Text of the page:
Who's killing the great kung fu masters of Hong Kong?
This (a play on the title of the 1978 comedy Who is Killing the Great Chefs of Europe?) might serve as an alternate title for this terrific martial arts action fest directed by Teddy Chan (Bodyguards and Assassins, The Accidental Spy) and starring Donnie Yen (Special ID, Ip Man and Ip Man 2, with the third installment currently filming), who also served as action director. It becomes available today, Tuesday, July 21st on Blu-ray™ & DVD. (It's already been available on Digital HD since July 7th.)
The film starts with Hahou Mo (Donnie Yen) turning himself in at Hong Kong's Central Police District Headquarters. His face and clothes are bloody and his right eye is bruised, swollen and closed. (This has to be one of the most unflattering movie entrances ever.) Seems he's killed someone.
|Hahou Mo (Donnie Yen, left) takes on a slew of fellow prisoners|
Three years later he's in prison serving the five-year sentence that was handed down. There's a report on television that Mak Wing-yan a master of boxing, has been beaten to death. Hahou is certain that this is the first of what will be a series of attacks on the city's leading martial arts proponents.
He manages to speak to Chief Inspector Luk Yuen-sum (actress Charlie Young, seen in the Pang Brothers' 2008 English language remake of Bangkok Dangerous and in Seven Swords, 2005) and names several martial arts masters, one of which he claims will be the killer's next victim. Luk's skeptical at first, but as events proceed as Hahou claimed they would, she arranges for him to be temporarily released in police custody with the understanding that, if he is truly helpful in solving the case, his remaining prisons sentence may be shortened.
|Chief Inspector Luk Yuen-sum (actress Charlie Young) tries to draw a bead on the Kung Fu Killer|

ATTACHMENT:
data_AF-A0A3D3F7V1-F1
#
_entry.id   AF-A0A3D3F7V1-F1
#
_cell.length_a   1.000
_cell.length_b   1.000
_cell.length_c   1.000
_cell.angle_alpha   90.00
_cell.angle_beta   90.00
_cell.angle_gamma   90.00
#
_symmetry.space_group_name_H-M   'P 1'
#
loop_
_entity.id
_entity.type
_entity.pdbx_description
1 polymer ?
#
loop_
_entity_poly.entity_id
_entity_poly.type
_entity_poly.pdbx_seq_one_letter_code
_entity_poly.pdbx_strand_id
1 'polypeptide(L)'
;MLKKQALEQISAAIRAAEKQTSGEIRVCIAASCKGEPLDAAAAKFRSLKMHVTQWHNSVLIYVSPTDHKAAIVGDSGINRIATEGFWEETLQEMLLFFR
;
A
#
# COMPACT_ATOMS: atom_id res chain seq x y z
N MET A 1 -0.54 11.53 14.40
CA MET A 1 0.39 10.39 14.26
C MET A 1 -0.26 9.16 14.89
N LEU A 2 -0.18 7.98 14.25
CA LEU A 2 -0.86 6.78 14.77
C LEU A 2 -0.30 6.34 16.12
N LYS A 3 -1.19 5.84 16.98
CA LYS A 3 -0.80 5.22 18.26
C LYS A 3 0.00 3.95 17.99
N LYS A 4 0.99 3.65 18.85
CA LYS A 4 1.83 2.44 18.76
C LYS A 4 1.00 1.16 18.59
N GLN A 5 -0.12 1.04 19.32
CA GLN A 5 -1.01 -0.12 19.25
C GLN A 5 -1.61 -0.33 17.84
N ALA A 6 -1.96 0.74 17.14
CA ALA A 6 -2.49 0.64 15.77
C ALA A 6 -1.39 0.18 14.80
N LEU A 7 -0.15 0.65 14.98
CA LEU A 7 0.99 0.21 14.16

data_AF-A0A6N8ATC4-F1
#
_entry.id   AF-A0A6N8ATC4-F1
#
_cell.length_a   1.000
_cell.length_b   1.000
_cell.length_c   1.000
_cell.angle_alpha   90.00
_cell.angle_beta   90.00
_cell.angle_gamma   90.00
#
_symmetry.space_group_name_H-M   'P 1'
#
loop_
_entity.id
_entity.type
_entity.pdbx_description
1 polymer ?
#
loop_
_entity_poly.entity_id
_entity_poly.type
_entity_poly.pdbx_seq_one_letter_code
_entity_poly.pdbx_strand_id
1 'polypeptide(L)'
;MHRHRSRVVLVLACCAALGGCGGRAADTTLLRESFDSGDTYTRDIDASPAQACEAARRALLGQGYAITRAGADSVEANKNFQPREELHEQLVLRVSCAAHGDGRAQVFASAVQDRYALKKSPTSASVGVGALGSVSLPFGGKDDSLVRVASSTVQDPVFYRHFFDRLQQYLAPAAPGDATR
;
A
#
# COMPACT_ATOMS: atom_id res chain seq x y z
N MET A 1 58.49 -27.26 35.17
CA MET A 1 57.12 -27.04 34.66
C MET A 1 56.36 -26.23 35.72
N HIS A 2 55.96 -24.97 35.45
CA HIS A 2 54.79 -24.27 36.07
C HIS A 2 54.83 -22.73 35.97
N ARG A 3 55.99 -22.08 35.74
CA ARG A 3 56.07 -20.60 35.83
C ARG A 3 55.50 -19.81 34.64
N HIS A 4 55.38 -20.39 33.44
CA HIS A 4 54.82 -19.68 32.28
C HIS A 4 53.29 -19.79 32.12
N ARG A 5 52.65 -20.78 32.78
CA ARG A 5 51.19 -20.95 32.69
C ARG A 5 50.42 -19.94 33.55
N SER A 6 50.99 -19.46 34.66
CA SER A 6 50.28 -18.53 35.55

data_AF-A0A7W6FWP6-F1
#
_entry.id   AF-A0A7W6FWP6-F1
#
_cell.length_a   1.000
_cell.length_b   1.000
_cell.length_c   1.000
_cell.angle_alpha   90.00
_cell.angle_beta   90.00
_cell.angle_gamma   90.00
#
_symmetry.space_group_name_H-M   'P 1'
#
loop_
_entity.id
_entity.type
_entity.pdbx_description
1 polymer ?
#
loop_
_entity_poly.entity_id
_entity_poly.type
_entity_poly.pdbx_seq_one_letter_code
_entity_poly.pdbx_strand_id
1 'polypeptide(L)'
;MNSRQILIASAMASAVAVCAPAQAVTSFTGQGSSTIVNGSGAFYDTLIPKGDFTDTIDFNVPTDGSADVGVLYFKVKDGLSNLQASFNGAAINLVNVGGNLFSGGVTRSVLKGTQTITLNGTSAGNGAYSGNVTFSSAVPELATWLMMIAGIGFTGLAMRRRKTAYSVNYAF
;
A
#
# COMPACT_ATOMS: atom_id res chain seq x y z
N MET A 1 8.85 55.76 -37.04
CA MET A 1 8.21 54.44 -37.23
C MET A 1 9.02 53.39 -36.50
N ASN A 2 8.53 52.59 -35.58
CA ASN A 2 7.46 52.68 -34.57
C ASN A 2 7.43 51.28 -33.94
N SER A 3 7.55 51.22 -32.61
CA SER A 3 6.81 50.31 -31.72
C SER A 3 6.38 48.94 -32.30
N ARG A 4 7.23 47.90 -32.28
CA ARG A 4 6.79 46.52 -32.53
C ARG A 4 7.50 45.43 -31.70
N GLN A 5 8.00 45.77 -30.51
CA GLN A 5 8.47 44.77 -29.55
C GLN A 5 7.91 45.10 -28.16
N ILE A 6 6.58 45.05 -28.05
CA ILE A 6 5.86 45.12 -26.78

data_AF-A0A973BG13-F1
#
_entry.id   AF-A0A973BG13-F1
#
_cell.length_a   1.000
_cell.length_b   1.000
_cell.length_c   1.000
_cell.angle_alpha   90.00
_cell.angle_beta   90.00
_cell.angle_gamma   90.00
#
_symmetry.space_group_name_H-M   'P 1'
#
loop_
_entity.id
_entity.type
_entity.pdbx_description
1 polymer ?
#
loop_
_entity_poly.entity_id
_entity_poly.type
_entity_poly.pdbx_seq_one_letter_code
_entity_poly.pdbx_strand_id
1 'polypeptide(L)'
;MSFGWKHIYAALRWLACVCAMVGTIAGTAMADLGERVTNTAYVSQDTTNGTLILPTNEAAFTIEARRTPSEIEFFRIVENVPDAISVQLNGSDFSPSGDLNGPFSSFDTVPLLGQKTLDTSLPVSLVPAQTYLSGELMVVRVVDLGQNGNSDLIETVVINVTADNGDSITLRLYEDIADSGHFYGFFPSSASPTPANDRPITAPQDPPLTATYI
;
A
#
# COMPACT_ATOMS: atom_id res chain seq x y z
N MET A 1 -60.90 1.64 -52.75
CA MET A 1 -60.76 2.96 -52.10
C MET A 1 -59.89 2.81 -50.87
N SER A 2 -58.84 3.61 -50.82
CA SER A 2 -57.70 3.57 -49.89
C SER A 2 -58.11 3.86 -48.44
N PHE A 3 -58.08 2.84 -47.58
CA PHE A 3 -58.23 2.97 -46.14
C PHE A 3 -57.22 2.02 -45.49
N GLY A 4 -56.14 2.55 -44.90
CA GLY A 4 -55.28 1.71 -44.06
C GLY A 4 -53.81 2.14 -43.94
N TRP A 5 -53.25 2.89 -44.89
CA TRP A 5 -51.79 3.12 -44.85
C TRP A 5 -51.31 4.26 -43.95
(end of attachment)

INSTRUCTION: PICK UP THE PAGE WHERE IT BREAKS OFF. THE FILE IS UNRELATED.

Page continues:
The serial killer continues to work his way through various martial artists, defeating each by using their own specialty against them. Having started with fists against the boxer, he goes after specialists in kicking, grappling, and weapons. In each case Hahou and the police are just a bit behind the murderer, who manages to get away from them in one instance.
Hahou's motives become suspect when he takes off with telling the police and returns to his hometown of Fo Shan. There he reunites with Sinn Ying (Bai Bing, As the Light Goes Out, Shaolin). She is the romantic interest for Hahou, and has kept his once famous martial arts club going in his absence.
I had a good feeling about this film when I watched its trailer. That's not always a true indicator of how good a film is in its entirety, but in this case it was. Kung Fu Killer is an outstanding action film, one of the best I've seen in recent years.
|Hahou (Yen) faces the Kung Fu Killer in the film's climactic finale|
And once again Donnie Yen has proved himself to be the most exciting martial arts action star -- and action choreographer -- working in Hong Kong and Mainland Chinese films. (Kung Fu Killer, as Kung Fu Jungle -- the film's international English title -- recently received the Best Action Choreography award at the 34th Hong Kong Film Awards.)
Bonus features include a four segment "Making Of" featurette and the film's trailer.
AsianCineFest Rating: 3.5 out of 4 stars; very good, highly recommended. This one's for owning!